Towards a phoenix phase in aeolian research: shifting geophysical perspectives from fluvial dominance

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Aeolian processes are a fundamental driver of earth surface dynamics, yet the importance of aeolian processes in a broader geosciences context may be overshadowed by an unbalanced emphasis on fluvial processes. Here we wish to highlight that aeolian and fluvial processes need to be considered in concert relative to total erosion and to potential interactions, that relative dominance and sensitivity to disturbance vary with mean annual precipitation, and that there are important scale-dependencies associated with aeolian-fluvial interactions. We build on previous literature to present relevant conceptual syntheses highlighting these issues. We then highlight the relative investments that have been made ... continued below

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Whicker, Jeffrey J; Field, Jason P & Breshears, David D January 1, 2008.

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Aeolian processes are a fundamental driver of earth surface dynamics, yet the importance of aeolian processes in a broader geosciences context may be overshadowed by an unbalanced emphasis on fluvial processes. Here we wish to highlight that aeolian and fluvial processes need to be considered in concert relative to total erosion and to potential interactions, that relative dominance and sensitivity to disturbance vary with mean annual precipitation, and that there are important scale-dependencies associated with aeolian-fluvial interactions. We build on previous literature to present relevant conceptual syntheses highlighting these issues. We then highlight the relative investments that have been made in aeolian research on dust emission and management relative to that in fluvial research on sediment production. Literature searches highlight that aeolian processes are greatly understudied relative to fluvial processes when considering total erosion in different environmental settings. Notably, within the USA, aeolian research was triggered by the Dust Bowl catastrophe of the 1930s, but the resultant research agencies have shifted to almost completely focusing on fluvial processes, based on number of remaining research stations and on monetary investments in control measures. However, numerous research issues associated with intensification of land use and climate change impacts require a rapid ramping up in aeolian research that improves information about aeolian processes relative to fluvial processes, which could herald a post-Dust Bowl Phoenix phase in which aeolian processes are recognized as broadly critical to geo- and environmental sciences.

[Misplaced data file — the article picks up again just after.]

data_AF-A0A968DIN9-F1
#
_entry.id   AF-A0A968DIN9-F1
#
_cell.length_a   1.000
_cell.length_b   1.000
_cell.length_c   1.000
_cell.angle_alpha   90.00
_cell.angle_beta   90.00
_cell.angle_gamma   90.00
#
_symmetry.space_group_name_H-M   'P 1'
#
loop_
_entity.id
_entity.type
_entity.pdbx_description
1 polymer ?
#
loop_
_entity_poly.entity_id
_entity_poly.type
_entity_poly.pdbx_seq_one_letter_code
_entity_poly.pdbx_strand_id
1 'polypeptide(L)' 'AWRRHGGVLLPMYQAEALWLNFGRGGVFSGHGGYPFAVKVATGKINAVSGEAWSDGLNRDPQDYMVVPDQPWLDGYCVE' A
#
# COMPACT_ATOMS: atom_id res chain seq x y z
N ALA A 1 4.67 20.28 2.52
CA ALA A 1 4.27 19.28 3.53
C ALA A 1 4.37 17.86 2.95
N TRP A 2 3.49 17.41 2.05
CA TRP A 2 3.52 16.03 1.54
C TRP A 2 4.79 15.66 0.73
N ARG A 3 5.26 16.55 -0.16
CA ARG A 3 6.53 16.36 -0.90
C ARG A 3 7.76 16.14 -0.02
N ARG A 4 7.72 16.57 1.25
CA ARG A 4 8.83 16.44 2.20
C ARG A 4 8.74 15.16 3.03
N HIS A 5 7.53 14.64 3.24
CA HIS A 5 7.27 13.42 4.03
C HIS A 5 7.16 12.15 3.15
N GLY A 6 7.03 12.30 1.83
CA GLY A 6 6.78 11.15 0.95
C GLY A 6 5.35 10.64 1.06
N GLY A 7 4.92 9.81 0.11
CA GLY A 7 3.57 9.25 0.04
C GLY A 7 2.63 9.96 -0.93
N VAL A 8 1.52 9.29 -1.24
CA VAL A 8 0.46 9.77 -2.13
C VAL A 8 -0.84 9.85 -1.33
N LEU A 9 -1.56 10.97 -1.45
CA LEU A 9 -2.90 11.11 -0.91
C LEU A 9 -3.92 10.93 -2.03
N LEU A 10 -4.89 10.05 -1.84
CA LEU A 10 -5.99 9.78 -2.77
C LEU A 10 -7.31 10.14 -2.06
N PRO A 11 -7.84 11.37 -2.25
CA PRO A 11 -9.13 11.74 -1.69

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  • Journal Name: Aeolian Research

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  • Report No.: LA-UR-08-08094
  • Report No.: LA-UR-08-8094
  • Grant Number: AC52-06NA25396
  • Office of Scientific & Technical Information Report Number: 956692
  • Archival Resource Key: ark:/67531/metadc930748

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  • January 1, 2008

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  • Nov. 13, 2016, 7:26 p.m.

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  • Dec. 12, 2016, 5:10 p.m.

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Whicker, Jeffrey J; Field, Jason P & Breshears, David D. Towards a phoenix phase in aeolian research: shifting geophysical perspectives from fluvial dominance, article, January 1, 2008; [New Mexico]. (digital.library.unt.edu/ark:/67531/metadc930748/: accessed September 25, 2017), University of North Texas Libraries, Digital Library, digital.library.unt.edu; crediting UNT Libraries Government Documents Department.